Cairo, Asharq Al-Awsat—Egypt’s sole fixed-line telephone services operator Telecom Egypt (TE) is to pay 2.5 billion Egyptian pounds (359 million US dollars) to acquire a unified telecoms license allowing it to offer mobile services in addition to its existing landline service, Minister of Communications and Information Technology Atef Helmi said in comments earlier this week.
Replying to a question from Asharq Al-Awsat at a news conference in Cairo on Wednesday, Helmi said: “We are currently working on completing all procedures related to the license to have it officially ratified three months from now.”
The move comes as Egyptians increasingly make use of cell phones instead of fixed-line services. Cell phone penetration in Egypt pierced the 100 percent mark in 2012, according to the latest figures provided by Egypt’s Ministry of Communications and Information Technology. The country’s almost 87 million people has nearly 93 million cell phones.
Egypt’s telecoms regulator originally said it would allow 80 percent government-owned TE to offer mobile services under a unified license in 2012, but the license had been plagued with delays.
TE will now be able to compete directly with the country’s three mobile operators: Mobinil, United Arab Emirates-based Etisalat’s Egypt subsidiary Etisalat Egypt and UK-based Vodafone’s Egypt subsidiary Vodafone Egypt—which is 45-percent owned by TE and which it must exit in a year if it applies for the license.
Under the new license regulations set by Egypt’s telecoms regulator, those operators may also apply for unified licenses, at a cost of 100 million pounds (14.3 million US dollars), allowing them to use TE’s landline network. In turn, TE will be able to use the three mobile operators’ existing mobile networks to offer its own mobile services. The license also allows TE to build its own infrastructure in future in order to eventually use its own network instead of piggybacking on those of the other operators.
Helmi said a nationally owned company that would construct and lease basic infrastructure services to be used by licensees of the new unified scheme was being established at a cost of 300 million pounds (43 million dollars), with all companies working in the sector making a contribution.
He told Asharq Al-Awsat that the unified licensing system aimed to remove obstacles in the sector, providing companies with the opportunity to offer the full roster of communications services and help “instill the principle of equality and opening the door to competition between companies.”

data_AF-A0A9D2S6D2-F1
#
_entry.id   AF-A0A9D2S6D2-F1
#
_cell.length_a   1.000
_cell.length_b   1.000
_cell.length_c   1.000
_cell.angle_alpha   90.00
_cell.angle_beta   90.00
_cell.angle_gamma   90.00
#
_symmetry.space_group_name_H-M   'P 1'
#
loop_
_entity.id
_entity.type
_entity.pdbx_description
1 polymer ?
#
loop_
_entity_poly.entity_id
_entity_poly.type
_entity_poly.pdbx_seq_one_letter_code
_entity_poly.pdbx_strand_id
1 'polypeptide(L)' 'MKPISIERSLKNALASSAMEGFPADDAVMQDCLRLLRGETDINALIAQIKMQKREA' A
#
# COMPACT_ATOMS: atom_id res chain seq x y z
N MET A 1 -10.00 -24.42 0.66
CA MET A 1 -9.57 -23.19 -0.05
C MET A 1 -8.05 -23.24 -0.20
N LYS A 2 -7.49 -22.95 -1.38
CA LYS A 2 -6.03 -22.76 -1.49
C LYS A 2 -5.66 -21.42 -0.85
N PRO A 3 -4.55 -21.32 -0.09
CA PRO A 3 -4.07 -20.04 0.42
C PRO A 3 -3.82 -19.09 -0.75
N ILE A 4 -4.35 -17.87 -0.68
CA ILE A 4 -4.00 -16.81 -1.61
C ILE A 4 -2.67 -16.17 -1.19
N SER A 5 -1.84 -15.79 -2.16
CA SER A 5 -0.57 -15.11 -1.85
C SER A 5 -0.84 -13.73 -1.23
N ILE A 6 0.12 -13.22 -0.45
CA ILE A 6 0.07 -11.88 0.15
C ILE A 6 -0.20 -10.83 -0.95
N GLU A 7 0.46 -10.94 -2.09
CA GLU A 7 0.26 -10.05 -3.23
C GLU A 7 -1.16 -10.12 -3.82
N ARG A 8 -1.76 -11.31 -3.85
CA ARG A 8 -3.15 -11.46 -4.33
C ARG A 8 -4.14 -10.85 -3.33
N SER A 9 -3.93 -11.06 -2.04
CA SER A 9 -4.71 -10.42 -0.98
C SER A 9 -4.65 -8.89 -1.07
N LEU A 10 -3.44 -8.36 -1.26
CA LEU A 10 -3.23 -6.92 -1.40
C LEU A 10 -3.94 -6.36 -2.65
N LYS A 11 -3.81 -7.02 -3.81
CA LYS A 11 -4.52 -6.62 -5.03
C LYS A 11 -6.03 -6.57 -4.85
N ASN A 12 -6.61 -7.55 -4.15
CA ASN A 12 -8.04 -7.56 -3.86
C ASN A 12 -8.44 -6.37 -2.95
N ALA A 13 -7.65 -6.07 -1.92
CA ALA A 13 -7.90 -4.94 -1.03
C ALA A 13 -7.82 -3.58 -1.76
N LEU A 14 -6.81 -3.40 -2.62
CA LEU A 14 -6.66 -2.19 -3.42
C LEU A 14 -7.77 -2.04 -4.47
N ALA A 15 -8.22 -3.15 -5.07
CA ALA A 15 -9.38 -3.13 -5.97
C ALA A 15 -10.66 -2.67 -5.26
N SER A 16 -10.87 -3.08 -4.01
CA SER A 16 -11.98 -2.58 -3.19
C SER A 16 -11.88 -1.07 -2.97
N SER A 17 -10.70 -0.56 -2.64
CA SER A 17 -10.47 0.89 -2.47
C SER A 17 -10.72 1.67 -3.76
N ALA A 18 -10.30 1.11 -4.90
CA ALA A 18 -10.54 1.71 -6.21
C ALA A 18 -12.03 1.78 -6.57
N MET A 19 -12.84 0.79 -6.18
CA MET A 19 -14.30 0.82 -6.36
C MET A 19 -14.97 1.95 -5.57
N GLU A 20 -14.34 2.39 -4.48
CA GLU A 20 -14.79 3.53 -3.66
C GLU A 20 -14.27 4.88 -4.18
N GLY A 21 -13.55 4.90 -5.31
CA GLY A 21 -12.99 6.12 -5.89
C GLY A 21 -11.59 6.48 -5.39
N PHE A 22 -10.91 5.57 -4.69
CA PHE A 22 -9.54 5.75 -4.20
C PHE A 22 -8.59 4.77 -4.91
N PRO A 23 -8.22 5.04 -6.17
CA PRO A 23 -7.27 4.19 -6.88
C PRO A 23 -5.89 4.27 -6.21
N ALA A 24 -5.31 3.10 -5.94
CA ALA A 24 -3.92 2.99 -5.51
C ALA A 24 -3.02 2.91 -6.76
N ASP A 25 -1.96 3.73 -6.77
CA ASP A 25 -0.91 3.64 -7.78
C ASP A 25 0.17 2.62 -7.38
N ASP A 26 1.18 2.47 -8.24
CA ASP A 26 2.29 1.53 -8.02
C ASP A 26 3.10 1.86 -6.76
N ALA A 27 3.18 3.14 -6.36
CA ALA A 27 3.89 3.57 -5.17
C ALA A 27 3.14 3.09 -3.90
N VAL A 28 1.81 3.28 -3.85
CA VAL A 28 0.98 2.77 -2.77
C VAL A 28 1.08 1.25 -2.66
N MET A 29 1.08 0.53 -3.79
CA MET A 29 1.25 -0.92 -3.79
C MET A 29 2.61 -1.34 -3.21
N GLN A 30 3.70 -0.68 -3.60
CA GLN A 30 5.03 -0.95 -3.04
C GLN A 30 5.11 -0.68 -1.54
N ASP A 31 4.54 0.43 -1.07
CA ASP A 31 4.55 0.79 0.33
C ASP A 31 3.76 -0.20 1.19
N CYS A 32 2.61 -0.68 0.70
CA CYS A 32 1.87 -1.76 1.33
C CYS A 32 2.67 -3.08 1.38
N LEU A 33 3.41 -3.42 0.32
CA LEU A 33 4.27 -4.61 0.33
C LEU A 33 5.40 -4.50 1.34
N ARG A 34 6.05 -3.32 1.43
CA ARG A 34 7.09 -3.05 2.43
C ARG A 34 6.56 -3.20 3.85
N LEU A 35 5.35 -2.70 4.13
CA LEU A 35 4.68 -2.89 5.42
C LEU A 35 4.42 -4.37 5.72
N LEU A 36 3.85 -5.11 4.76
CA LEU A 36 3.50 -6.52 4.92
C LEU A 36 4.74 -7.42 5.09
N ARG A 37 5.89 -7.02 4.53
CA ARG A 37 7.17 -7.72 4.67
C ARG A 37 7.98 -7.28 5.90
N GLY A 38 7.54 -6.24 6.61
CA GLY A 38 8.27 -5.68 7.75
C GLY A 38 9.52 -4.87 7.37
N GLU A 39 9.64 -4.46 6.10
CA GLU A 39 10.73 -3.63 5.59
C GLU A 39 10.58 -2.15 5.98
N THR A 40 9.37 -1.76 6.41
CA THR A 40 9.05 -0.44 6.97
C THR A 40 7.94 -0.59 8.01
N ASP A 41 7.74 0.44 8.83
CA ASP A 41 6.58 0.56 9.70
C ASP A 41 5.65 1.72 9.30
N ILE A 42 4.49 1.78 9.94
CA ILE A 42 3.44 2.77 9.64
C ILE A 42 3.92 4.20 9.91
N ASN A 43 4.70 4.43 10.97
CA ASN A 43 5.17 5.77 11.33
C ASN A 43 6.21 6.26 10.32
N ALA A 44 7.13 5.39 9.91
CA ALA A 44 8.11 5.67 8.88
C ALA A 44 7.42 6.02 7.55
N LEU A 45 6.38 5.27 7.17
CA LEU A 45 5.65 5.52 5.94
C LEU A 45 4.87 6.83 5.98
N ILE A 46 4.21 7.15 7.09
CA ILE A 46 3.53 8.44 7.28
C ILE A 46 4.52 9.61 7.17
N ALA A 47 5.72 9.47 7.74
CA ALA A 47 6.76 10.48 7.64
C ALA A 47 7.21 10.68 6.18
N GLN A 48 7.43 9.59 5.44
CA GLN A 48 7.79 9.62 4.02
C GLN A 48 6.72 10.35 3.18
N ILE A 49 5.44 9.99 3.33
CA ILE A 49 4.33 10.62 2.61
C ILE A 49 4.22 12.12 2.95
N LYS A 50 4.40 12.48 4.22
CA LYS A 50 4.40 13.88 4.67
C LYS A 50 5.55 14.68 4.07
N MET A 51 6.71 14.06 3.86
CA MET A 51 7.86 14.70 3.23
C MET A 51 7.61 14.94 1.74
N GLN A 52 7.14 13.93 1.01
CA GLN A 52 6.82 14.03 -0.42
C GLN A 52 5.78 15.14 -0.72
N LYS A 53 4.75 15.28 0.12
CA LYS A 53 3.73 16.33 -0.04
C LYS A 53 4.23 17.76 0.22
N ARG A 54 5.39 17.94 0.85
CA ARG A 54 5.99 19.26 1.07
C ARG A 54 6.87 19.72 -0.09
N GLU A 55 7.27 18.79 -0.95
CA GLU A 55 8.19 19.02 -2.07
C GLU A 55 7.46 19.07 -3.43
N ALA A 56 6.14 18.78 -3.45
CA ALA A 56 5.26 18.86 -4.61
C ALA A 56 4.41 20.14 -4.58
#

Speaking to Asharq Al-Awsat, Hisham El-Alayli, the head of the National Telecommunications Regulatory Authority, the body granting the licenses, called the new unified scheme “a revolution in the service of the customer and the service provider at the same time, where they could receive all communication services from one company, besides the fact that the level of service provided will be more advanced due to the development of the infrastructure.”
He added that the decision provided an opportunity for competition between companies in the sector to offer better services to customers, “enriching the telecoms sector in Egypt.”
He said a roadmap had been put in place to develop the telecoms sector in the country that consisted of three stages. The first comprised building the infrastructure in 2014/15 for the use of operators; building the nationally owned company to administer the scheme and lease out the infrastructure; the issuance of mobile licenses without mobile network frequencies—such as that being offered to TE—and offering landline licenses on the TE network, which the existing mobile operators would be able to apply for.
He added that the second stage, in 2015/16, would include the issuance of 4G licenses and frequencies, while the third and final stage, in 2017/18, would include “the unification of the articles of the licenses by unifying the organizational and financial obligations of the companies.”